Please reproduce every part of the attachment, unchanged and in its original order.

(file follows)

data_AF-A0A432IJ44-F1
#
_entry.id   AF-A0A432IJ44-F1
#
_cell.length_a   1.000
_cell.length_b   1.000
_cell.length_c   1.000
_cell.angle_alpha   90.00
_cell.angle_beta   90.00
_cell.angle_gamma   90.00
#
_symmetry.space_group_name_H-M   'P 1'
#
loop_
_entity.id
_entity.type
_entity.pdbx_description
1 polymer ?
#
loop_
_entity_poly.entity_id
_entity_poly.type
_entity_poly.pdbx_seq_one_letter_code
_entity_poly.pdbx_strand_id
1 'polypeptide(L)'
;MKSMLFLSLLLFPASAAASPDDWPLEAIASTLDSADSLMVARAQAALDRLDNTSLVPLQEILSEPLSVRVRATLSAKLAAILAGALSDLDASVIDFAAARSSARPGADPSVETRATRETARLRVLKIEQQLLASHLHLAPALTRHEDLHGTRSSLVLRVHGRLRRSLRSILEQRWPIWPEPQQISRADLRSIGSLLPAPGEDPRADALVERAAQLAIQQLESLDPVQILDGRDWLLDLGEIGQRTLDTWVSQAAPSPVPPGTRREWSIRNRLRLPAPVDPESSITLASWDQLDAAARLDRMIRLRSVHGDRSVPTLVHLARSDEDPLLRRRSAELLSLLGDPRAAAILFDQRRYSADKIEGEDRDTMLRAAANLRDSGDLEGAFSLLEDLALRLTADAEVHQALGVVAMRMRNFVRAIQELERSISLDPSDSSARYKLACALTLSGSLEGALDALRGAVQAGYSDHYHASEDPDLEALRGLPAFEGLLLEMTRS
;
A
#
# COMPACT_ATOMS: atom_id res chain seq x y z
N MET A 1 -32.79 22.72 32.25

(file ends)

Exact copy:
data_AF-A0A432IJ44-F1
#
_entry.id   AF-A0A432IJ44-F1
#
_cell.length_a   1.000
_cell.length_b   1.000
_cell.length_c   1.000
_cell.angle_alpha   90.00
_cell.angle_beta   90.00
_cell.angle_gamma   90.00
#
_symmetry.space_group_name_H-M   'P 1'
#
loop_
_entity.id
_entity.type
_entity.pdbx_description
1 polymer ?
#
loop_
_entity_poly.entity_id
_entity_poly.type
_entity_poly.pdbx_seq_one_letter_code
_entity_poly.pdbx_strand_id
1 'polypeptide(L)'
;MKSMLFLSLLLFPASAAASPDDWPLEAIASTLDSADSLMVARAQAALDRLDNTSLVPLQEILSEPLSVRVRATLSAKLAAILAGALSDLDASVIDFAAARSSARPGADPSVETRATRETARLRVLKIEQQLLASHLHLAPALTRHEDLHGTRSSLVLRVHGRLRRSLRSILEQRWPIWPEPQQISRADLRSIGSLLPAPGEDPRADALVERAAQLAIQQLESLDPVQILDGRDWLLDLGEIGQRTLDTWVSQAAPSPVPPGTRREWSIRNRLRLPAPVDPESSITLASWDQLDAAARLDRMIRLRSVHGDRSVPTLVHLARSDEDPLLRRRSAELLSLLGDPRAAAILFDQRRYSADKIEGEDRDTMLRAAANLRDSGDLEGAFSLLEDLALRLTADAEVHQALGVVAMRMRNFVRAIQELERSISLDPSDSSARYKLACALTLSGSLEGALDALRGAVQAGYSDHYHASEDPDLEALRGLPAFEGLLLEMTRS
;
A
#
# COMPACT_ATOMS: atom_id res chain seq x y z
N MET A 1 -32.79 22.72 32.25